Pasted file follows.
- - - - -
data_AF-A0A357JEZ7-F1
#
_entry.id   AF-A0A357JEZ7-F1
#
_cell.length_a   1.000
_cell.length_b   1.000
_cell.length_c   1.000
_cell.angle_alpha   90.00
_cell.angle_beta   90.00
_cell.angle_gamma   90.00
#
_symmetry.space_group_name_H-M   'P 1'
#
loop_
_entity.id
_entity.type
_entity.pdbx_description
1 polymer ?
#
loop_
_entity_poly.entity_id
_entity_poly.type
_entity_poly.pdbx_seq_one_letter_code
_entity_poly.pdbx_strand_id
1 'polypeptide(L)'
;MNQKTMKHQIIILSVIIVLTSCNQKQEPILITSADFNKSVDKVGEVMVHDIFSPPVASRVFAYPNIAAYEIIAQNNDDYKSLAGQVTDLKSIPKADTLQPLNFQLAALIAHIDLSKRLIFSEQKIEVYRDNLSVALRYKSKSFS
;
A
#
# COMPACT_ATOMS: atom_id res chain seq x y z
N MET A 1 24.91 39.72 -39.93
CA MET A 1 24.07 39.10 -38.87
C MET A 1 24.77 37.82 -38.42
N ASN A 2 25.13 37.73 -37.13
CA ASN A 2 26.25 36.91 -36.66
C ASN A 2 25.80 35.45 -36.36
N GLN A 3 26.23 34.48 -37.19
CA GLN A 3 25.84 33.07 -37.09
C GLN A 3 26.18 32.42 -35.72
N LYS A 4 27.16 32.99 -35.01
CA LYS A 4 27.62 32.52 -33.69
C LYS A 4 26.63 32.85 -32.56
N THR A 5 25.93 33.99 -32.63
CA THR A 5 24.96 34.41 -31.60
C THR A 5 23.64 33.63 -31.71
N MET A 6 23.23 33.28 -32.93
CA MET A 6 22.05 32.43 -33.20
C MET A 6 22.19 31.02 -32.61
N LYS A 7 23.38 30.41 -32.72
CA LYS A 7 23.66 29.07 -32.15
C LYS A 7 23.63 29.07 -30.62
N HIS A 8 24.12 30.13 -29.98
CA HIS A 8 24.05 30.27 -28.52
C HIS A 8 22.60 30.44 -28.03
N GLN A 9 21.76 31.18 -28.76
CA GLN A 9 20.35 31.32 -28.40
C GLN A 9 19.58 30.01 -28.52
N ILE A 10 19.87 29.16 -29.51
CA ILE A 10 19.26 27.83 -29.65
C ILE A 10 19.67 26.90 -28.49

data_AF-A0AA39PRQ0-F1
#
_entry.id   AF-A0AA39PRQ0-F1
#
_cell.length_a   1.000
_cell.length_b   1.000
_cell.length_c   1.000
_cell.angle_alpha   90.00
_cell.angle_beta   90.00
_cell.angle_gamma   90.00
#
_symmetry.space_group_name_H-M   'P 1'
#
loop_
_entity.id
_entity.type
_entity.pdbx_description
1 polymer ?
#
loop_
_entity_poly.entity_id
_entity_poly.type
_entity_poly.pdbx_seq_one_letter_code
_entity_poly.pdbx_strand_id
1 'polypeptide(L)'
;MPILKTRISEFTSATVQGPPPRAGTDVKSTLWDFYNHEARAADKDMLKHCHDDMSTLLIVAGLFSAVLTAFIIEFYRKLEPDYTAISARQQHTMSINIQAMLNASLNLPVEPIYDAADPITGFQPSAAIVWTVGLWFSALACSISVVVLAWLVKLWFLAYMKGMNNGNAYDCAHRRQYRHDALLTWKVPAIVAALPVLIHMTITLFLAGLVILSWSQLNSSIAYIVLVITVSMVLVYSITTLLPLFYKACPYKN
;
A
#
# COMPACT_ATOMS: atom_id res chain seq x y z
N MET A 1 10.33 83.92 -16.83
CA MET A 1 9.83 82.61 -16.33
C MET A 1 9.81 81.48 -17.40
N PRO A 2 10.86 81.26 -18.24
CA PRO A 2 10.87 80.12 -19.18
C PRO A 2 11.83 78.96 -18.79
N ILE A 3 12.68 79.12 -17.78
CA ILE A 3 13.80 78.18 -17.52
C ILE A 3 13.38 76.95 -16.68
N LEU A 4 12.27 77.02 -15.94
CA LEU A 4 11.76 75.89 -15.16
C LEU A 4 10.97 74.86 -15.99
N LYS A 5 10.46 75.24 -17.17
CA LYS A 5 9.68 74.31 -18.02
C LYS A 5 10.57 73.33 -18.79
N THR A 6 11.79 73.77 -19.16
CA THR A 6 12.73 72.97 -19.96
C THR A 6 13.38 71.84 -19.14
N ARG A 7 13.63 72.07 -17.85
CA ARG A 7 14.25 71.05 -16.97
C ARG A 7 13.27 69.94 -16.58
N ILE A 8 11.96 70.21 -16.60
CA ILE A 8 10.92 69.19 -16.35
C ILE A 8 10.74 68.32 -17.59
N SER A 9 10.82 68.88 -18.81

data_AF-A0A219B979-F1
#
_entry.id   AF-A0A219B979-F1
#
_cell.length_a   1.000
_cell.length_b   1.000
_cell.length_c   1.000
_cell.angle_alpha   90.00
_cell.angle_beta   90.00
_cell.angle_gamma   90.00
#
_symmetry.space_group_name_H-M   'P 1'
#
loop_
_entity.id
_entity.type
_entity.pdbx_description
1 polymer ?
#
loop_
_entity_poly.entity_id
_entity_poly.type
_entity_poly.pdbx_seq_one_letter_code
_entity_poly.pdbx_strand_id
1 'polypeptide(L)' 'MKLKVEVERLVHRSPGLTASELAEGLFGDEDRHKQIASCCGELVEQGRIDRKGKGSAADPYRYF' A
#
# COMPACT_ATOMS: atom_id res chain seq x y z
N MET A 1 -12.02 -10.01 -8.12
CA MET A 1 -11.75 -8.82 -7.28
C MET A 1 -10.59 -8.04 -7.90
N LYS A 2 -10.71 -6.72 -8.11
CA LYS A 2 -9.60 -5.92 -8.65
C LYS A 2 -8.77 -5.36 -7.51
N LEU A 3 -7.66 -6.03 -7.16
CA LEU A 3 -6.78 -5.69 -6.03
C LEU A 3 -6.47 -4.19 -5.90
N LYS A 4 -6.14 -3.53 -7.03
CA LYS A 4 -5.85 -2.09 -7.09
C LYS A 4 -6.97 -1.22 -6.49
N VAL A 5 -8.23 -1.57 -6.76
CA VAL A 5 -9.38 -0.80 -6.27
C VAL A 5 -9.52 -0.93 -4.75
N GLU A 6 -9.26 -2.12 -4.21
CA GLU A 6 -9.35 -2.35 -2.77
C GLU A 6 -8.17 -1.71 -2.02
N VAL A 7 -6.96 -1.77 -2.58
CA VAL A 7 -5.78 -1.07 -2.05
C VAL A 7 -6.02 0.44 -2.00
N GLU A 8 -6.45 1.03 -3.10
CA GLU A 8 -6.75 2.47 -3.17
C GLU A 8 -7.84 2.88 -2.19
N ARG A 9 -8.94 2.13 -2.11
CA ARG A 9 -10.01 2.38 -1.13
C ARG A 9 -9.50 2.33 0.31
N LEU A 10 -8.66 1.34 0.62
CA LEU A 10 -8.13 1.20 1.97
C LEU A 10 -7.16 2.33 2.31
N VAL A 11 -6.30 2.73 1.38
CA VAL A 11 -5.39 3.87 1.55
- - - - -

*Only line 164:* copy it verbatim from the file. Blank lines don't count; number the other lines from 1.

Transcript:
N GLU A 8 -6.45 1.03 -3.10